In Wizna, however, everything has not always been rosy. It is not so long ago that time when, at the end of communism, in 1989, the town seemed condemned to stagnation and rural exodus. The furniture and textile factories in the small town of Łomża, about twenty kilometers away, which once made the economic heart of the area beat, have closed one by one. The forced march towards the market economy was experienced harshly, transforming the feeling of being downgraded into resentment. The east of the country, referred to as “Poland B” in public discourse, remains grappling with chronic developmental delay, a corollary of the partitions that the country has experienced in history. Inhibited by the Tsarist occupation until the beginning of the 20th century, it never experienced the prosperity of its western neighbor, “Poland A”, shaped by the industrial innovations of the Prussian and Austro-Hungarian supervision over the same period. A century later, the political divisions in contemporary Poland follow more or less the same dividing line. The liberal opposition dominates the west and large urban centers, while Law and Justice thrives among the working classes, especially in the small towns and villages of the East.

“At the time of transition democratic, the mistake of the Polish elites was to ignore the needs of the province”, explains Sławomir Sierakowski, Polish sociologist and columnist, founder and director of the magazine Krytyka Polityczna. Despite the multiple scandals and attacks on the separation of powers that have punctuated the last eight years of national populism, PiS has managed to maintain its popularity. “A fine strategist, Jarosław Kaczyński knew that there existed in these regions a greater tolerance towards an autocratic drift,” adds Mr. Sierakowski. Will a more or less educated worker in the countryside really be ready to die for the independence of justice, if his income has increased by 30% to 40% thanks to 500+? »

Donald Tusk, a “traitor”

What does it matter if the PiS has been able to take advantage of a favorable economic trajectory in recent years, has benefited from historically low unemployment, or if the subsidies from the European Union (EU) have largely helped in the refurbishment of its infrastructure. What dominates, among this more or less politicized electorate, is above all the perception of a party set up as the defender of the common people. In Wizna, the previous legislature of Donald Tusk, prime minister from 2007 to 2014, evokes a litany of bad memories, made up of budgetary orthodoxy and low salaries. In front of the chapel, Alicja and Maria fear a possible return to power of the man who was president of the European Council until 2019. “Tusk has done nothing for the people of the countryside”, roars the first, before shifting into gear. the theme of migration, another electoral fuel for PiS. “With what we see of them on television, we are afraid,” say the villagers, reassured by the presence of the steel wall along the border with Belarus, which has become a route of exile since 2021. “ Otherwise, we would have a kind of Lampedusa in Poland! »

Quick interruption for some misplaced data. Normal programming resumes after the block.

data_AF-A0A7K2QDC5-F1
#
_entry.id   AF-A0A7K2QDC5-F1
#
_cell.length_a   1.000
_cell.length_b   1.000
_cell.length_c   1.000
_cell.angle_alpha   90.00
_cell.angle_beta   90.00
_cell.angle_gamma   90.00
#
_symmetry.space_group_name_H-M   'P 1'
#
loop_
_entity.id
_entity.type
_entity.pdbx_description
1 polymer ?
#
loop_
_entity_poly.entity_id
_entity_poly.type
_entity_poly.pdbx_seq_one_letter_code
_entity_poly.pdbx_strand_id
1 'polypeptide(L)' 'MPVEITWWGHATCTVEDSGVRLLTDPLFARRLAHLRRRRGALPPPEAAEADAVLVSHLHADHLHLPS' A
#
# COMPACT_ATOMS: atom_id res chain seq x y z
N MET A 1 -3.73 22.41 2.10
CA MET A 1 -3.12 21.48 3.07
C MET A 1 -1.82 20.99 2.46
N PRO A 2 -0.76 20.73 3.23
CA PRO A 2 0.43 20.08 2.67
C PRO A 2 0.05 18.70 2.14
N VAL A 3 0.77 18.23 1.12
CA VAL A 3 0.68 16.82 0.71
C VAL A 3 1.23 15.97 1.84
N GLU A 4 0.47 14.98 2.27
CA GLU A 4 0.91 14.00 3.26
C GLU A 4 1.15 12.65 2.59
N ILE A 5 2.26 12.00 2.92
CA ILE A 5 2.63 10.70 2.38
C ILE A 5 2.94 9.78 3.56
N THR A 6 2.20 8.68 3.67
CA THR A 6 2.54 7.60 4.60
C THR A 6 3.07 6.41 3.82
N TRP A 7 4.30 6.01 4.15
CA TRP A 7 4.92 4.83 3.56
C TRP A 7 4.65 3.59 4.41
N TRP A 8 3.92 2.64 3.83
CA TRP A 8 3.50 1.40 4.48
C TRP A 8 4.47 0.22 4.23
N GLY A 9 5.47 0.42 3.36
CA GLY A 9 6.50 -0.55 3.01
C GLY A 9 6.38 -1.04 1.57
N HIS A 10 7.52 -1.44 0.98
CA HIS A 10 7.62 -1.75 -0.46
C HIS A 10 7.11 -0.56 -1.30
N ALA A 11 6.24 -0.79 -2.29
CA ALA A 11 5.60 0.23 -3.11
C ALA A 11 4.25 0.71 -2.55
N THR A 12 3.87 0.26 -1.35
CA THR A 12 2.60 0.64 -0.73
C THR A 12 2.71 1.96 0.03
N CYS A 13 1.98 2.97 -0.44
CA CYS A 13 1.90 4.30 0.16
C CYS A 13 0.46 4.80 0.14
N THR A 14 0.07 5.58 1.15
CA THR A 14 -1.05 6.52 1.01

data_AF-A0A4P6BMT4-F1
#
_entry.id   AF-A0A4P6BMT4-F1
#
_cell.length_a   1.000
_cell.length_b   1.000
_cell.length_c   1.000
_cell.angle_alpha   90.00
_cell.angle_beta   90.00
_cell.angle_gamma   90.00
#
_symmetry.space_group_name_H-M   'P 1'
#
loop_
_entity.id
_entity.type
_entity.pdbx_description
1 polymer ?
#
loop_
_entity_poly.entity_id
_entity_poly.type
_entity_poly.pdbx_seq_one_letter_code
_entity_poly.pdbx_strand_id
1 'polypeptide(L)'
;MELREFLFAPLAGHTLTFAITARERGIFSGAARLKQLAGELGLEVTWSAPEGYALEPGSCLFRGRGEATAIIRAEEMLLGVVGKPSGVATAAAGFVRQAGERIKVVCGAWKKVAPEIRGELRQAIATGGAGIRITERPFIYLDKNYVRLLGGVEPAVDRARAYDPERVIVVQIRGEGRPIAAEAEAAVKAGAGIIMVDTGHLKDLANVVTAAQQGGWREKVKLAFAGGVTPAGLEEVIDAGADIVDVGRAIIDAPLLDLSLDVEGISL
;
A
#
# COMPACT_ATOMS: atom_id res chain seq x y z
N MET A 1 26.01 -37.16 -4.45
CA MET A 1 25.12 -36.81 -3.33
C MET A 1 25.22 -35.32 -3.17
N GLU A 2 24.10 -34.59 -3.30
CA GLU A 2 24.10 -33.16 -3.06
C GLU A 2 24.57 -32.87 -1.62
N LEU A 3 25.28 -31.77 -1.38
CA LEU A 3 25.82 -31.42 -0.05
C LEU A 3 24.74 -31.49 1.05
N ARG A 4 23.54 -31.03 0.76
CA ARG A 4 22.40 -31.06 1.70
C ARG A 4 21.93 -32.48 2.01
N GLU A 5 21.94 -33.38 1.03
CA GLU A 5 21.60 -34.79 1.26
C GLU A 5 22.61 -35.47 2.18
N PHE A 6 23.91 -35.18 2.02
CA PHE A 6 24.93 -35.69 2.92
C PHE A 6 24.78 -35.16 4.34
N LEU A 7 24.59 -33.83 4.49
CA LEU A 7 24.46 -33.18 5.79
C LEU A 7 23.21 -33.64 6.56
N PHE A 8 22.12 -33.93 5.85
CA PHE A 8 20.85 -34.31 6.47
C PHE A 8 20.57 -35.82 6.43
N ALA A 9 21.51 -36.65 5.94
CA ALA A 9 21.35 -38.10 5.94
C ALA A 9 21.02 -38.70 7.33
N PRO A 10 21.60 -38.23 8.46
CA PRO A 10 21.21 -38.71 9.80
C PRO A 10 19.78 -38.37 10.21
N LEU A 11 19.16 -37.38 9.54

PiS propaganda, sung by public broadcasters at its command, resonates in their speech. Thus, Tusk would be a “traitor”, sometimes subservient to the interests of Berlin, sometimes to those of Moscow, or quick to let “migrants enter Poland”. A story full of slander which finds a wide echo, even in the field of Ireneusz Kossakowski, on the edge of Wizna. “Their program, at Tusk and its allies, is to destroy what has been built for eight years,” says the farmer, flanked by his tractor, looking at his thirty hectares of cereals intended for his cows. dairy. Proud voter of PiS, “the party of farmers and ordinary Poles”, he also praises social transfers. “I have four children, the money from the 500+, we put it aside for later,” confides the 46-year-old, cap screwed on his head.

If there is one thing Ireneusz cannot stand, however, it is the “unfair way the EU behaves towards Poland”. A standoff has raged for eight years between Warsaw and Brussels, which accuses the Polish executive of undermining the independence of the judiciary. An authoritarian drift? Ireneusz Kossakowski, in the middle of his field, gets carried away: “We have a power which protects Polish interests, and Brussels does not like that. I have nothing against LGBTQ people, but Poland has the right to say no to this kind of phenomenon. » Tells him he wants to remain in the EU, “but not as a colony”. In these PiS strongholds, “Polexit” does not impose itself in counter conversations. But we still see Brussels with a critical eye, denouncing its “blackmail”, while part of the European funds have still not been paid to Poland, due to its trampled rule of law. Sunday's vote, assures Ireneusz Kossakowski, will be the most important since 1989. To “avoid a step backwards”, he will vote for the party which was able to listen to him.

Teilor Stone

By Teilor Stone

Teilor Stone has been a reporter on the news desk since 2013. Before that she wrote about young adolescence and family dynamics for Styles and was the legal affairs correspondent for the Metro desk. Before joining Thesaxon , Teilor Stone worked as a staff writer at the Village Voice and a freelancer for Newsday, The Wall Street Journal, GQ and Mirabella. To get in touch, contact me through my teilor@nizhtimes.com 1-800-268-7116